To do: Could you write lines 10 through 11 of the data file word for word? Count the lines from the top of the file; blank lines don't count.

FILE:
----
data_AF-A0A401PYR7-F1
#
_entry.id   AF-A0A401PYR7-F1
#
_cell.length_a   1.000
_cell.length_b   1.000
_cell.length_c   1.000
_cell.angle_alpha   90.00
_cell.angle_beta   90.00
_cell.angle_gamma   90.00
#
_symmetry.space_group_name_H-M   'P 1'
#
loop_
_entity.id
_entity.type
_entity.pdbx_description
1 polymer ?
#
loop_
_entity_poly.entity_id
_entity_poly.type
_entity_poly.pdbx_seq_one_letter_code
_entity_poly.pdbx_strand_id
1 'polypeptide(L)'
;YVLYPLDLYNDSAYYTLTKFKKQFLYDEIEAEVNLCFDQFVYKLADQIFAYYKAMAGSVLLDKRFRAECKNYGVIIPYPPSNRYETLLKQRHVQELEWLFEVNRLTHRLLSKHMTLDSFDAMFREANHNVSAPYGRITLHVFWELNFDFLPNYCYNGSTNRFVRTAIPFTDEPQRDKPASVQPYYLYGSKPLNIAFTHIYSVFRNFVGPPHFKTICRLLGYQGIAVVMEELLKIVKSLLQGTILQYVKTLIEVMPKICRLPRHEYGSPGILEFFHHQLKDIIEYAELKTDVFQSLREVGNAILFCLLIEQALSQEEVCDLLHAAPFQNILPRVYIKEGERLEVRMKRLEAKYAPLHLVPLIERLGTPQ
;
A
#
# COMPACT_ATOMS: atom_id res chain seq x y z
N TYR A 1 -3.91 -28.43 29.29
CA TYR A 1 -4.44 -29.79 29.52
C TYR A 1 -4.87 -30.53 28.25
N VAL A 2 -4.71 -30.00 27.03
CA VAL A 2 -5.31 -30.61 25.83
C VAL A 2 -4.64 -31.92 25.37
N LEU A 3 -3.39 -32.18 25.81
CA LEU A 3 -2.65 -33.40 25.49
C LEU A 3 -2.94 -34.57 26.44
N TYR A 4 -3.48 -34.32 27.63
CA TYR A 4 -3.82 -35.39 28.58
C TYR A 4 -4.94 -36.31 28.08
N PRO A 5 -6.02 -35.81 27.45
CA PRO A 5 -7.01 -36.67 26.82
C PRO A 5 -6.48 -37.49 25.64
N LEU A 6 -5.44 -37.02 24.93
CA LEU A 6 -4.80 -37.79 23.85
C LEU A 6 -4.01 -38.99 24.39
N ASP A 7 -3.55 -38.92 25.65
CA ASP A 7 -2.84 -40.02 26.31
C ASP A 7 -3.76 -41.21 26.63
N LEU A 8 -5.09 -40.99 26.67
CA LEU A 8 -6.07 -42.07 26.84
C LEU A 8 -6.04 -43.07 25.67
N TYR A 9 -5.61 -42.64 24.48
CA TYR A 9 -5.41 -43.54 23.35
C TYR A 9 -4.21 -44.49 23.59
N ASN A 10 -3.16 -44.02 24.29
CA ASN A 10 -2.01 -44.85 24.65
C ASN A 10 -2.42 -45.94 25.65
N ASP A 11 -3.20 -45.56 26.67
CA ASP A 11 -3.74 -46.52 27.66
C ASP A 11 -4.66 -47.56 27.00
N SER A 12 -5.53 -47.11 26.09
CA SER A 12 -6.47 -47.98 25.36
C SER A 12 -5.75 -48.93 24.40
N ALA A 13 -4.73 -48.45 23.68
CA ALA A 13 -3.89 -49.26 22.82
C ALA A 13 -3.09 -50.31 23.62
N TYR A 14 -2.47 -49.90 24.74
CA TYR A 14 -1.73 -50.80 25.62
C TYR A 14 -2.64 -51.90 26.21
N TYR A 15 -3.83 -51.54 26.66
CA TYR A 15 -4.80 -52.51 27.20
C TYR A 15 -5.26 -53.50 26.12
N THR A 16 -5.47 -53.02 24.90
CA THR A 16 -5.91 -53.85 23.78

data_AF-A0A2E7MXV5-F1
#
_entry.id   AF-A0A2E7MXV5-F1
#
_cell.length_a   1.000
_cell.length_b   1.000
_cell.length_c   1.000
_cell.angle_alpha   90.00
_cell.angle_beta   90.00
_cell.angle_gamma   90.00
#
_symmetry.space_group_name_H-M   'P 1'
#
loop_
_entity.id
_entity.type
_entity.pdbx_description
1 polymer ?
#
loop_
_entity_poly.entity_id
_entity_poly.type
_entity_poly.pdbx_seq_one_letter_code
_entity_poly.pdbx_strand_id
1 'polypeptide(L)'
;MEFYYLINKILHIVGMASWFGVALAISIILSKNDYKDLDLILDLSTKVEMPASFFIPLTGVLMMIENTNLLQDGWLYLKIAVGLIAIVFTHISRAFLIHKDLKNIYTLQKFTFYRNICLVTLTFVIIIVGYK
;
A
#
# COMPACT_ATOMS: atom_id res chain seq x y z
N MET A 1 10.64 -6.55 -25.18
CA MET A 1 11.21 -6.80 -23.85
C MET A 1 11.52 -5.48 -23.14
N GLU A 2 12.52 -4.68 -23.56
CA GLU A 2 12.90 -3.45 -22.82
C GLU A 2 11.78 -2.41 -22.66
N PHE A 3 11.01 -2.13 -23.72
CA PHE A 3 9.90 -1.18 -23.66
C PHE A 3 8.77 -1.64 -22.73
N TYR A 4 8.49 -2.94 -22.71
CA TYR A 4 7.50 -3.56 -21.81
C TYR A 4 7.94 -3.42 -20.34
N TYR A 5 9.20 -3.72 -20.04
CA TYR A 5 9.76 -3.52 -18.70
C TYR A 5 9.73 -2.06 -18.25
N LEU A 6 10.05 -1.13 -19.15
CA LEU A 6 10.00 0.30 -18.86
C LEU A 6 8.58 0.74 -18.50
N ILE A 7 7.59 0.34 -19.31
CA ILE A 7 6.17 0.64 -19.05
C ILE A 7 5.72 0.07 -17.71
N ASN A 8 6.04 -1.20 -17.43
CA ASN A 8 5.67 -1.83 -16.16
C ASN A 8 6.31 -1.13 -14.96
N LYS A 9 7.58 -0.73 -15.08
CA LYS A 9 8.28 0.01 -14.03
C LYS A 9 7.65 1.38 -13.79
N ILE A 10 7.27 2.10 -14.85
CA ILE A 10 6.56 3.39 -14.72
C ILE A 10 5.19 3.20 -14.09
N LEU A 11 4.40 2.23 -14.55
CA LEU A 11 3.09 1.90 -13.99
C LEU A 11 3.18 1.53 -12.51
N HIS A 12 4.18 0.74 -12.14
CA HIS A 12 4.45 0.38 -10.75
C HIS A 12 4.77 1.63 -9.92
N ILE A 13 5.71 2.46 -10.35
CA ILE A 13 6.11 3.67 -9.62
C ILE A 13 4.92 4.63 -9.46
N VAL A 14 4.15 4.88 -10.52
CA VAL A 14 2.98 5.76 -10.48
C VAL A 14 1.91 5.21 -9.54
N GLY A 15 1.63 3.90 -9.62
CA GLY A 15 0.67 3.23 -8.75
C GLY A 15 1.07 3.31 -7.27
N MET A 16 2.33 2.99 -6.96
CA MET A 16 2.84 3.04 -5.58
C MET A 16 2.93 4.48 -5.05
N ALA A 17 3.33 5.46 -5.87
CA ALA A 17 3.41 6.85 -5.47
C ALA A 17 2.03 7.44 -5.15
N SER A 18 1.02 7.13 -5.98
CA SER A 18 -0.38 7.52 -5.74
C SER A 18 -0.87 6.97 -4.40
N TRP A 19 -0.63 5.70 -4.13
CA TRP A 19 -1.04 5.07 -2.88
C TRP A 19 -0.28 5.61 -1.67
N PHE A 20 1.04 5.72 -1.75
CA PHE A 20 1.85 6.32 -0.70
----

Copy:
_cell.angle_gamma   90.00
#